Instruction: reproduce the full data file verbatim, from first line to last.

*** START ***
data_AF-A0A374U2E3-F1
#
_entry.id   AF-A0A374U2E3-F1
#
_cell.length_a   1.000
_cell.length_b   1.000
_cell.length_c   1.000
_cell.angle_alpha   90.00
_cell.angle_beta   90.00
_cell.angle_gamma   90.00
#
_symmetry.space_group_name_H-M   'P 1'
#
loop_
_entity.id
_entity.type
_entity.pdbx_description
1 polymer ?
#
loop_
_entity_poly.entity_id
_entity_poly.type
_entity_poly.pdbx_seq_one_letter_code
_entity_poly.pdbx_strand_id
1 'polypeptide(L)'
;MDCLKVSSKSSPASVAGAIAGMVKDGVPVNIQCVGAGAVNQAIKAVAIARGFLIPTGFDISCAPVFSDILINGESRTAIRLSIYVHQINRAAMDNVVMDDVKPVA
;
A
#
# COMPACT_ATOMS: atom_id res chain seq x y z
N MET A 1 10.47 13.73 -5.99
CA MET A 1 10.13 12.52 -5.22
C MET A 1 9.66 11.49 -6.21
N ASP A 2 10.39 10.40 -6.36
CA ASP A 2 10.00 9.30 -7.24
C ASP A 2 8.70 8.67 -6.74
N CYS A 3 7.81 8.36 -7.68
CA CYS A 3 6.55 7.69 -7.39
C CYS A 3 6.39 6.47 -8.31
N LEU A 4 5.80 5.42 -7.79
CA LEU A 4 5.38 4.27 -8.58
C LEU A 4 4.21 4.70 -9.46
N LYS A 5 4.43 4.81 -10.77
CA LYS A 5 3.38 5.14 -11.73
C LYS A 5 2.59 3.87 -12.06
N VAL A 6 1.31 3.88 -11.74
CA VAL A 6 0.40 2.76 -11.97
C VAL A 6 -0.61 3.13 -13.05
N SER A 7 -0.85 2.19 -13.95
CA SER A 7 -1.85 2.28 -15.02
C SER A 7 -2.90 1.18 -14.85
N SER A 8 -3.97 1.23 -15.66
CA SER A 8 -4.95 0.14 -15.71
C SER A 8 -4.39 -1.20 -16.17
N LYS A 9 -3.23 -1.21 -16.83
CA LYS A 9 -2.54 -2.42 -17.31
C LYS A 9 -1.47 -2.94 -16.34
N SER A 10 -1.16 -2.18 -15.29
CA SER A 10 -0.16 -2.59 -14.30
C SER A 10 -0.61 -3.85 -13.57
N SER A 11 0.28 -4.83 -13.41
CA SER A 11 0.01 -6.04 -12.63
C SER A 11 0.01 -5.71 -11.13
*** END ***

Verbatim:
data_AF-A0A374U2E3-F1
#
_entry.id   AF-A0A374U2E3-F1
#
_cell.length_a   1.000
_cell.length_b   1.000
_cell.length_c   1.000
_cell.angle_alpha   90.00
_cell.angle_beta   90.00
_cell.angle_gamma   90.00
#
_symmetry.space_group_name_H-M   'P 1'
#
loop_
_entity.id
_entity.type
_entity.pdbx_description
1 polymer ?
#
loop_
_entity_poly.entity_id
_entity_poly.type
_entity_poly.pdbx_seq_one_letter_code
_entity_poly.pdbx_strand_id
1 'polypeptide(L)'
;MDCLKVSSKSSPASVAGAIAGMVKDGVPVNIQCVGAGAVNQAIKAVAIARGFLIPTGFDISCAPVFSDILINGESRTAIRLSIYVHQINRAAMDNVVMDDVKPVA
;
A
#
# COMPACT_ATOMS: atom_id res chain seq x y z
N MET A 1 10.47 13.73 -5.99
CA MET A 1 10.13 12.52 -5.22
C MET A 1 9.66 11.49 -6.21
N ASP A 2 10.39 10.40 -6.36
CA ASP A 2 10.00 9.30 -7.24
C ASP A 2 8.70 8.67 -6.74
N CYS A 3 7.81 8.36 -7.68
CA CYS A 3 6.55 7.69 -7.39
C CYS A 3 6.39 6.47 -8.31
N LEU A 4 5.80 5.42 -7.79
CA LEU A 4 5.38 4.27 -8.58
C LEU A 4 4.21 4.70 -9.46
N LYS A 5 4.43 4.81 -10.77
CA LYS A 5 3.38 5.14 -11.73
C LYS A 5 2.59 3.87 -12.06
N VAL A 6 1.31 3.88 -11.74
CA VAL A 6 0.40 2.76 -11.97
C VAL A 6 -0.61 3.13 -13.05
N SER A 7 -0.85 2.19 -13.95
CA SER A 7 -1.85 2.28 -15.02
C SER A 7 -2.90 1.18 -14.85
N SER A 8 -3.97 1.23 -15.66
CA SER A 8 -4.95 0.14 -15.71
C SER A 8 -4.39 -1.20 -16.17
N LYS A 9 -3.23 -1.21 -16.83
CA LYS A 9 -2.54 -2.42 -17.31
C LYS A 9 -1.47 -2.94 -16.34
N SER A 10 -1.16 -2.18 -15.29
CA SER A 10 -0.16 -2.59 -14.30
C SER A 10 -0.61 -3.85 -13.57
N SER A 11 0.28 -4.83 -13.41
CA SER A 11 0.01 -6.04 -12.63
C SER A 11 0.01 -5.71 -11.13